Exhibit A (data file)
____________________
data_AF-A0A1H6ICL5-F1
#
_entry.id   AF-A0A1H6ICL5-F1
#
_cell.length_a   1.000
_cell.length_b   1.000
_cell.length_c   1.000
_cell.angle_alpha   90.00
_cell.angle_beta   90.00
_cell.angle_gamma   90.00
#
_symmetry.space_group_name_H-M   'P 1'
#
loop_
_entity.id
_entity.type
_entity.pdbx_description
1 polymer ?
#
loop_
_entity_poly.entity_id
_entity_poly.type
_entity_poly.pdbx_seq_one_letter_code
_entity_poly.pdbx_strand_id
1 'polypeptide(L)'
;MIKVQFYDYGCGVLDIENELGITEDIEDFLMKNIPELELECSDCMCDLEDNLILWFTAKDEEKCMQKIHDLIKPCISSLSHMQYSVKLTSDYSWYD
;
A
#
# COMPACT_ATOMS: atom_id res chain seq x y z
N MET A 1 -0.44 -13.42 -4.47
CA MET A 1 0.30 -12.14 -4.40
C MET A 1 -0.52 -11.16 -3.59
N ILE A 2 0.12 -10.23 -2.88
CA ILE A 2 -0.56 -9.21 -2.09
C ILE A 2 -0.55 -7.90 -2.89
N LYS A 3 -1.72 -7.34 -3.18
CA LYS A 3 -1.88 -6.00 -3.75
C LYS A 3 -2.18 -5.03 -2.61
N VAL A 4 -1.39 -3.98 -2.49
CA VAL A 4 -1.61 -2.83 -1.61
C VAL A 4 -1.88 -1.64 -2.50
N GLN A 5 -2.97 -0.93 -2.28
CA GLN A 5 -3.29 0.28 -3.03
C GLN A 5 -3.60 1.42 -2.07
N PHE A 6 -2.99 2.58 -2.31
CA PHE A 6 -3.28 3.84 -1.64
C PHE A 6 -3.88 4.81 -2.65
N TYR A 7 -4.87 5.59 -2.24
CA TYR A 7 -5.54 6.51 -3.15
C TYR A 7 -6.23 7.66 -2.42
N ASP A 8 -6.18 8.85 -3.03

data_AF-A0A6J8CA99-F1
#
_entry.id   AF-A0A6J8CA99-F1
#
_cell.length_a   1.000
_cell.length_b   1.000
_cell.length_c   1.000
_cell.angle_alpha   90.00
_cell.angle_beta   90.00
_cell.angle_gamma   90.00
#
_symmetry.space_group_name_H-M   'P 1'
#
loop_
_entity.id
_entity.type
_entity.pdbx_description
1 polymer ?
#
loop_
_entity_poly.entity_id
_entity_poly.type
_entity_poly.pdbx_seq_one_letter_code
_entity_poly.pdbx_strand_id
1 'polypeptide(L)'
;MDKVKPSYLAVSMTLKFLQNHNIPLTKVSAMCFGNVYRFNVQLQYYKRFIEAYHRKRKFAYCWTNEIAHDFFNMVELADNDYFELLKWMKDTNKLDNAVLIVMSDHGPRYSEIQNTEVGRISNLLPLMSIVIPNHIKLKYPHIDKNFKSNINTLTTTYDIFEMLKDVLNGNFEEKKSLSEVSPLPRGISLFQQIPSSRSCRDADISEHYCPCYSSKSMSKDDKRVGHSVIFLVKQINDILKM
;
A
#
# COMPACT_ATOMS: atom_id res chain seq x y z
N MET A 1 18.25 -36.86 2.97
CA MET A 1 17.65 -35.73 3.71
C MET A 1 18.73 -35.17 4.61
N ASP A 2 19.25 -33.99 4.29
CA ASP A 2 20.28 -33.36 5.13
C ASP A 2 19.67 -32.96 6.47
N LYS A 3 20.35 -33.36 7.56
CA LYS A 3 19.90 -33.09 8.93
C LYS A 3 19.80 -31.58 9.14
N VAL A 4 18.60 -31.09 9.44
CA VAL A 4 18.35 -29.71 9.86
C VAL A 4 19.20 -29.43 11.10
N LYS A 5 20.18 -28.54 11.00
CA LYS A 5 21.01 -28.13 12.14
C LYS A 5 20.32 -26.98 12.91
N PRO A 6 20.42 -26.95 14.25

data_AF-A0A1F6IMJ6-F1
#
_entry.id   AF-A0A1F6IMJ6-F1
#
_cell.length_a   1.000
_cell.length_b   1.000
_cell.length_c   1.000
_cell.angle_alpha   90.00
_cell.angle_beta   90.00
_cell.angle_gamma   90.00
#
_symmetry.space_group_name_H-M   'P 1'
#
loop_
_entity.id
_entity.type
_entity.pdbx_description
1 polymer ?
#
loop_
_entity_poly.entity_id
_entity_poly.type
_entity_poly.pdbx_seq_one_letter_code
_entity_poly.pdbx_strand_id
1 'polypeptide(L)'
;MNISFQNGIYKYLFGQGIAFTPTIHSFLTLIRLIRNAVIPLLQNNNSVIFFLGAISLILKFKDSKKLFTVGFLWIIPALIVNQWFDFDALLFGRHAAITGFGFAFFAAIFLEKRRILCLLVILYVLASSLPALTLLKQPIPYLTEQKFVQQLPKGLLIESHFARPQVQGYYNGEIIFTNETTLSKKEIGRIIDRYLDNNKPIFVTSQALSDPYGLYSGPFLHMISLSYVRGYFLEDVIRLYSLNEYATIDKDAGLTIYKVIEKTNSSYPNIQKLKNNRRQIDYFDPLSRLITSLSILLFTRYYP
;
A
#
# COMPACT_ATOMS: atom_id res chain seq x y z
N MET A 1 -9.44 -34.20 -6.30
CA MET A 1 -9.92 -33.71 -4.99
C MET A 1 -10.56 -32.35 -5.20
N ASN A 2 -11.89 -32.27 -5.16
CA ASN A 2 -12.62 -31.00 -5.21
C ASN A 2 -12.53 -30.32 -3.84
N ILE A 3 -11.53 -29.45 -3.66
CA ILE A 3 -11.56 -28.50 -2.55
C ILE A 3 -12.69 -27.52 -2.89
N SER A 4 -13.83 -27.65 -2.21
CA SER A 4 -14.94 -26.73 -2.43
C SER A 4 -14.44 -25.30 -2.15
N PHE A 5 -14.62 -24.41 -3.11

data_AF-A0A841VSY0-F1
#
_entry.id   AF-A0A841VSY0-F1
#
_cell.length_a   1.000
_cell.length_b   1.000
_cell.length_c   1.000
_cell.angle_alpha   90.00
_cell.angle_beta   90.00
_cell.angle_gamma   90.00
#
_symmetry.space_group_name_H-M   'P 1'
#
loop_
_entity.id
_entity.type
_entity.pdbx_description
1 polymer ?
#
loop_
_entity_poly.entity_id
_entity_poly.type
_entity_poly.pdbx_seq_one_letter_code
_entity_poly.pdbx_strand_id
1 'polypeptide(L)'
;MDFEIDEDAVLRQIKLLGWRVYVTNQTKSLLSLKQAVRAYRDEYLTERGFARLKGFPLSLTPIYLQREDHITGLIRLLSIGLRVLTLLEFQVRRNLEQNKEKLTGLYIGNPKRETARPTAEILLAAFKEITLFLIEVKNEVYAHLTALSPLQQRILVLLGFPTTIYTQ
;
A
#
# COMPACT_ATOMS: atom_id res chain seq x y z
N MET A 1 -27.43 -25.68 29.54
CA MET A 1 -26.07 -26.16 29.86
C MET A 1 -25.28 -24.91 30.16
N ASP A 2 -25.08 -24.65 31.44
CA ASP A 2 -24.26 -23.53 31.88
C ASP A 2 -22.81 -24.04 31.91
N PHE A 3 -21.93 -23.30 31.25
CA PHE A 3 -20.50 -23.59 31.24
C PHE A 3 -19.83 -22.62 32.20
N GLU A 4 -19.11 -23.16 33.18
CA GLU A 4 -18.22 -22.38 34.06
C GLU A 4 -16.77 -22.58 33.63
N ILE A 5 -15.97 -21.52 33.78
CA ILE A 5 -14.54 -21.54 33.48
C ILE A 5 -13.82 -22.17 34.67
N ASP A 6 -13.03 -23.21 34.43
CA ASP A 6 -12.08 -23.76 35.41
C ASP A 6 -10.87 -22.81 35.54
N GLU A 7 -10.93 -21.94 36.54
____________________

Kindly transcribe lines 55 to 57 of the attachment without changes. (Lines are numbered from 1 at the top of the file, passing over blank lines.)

_entry.id   AF-A0A6J8CA99-F1
#
_cell.length_a   1.000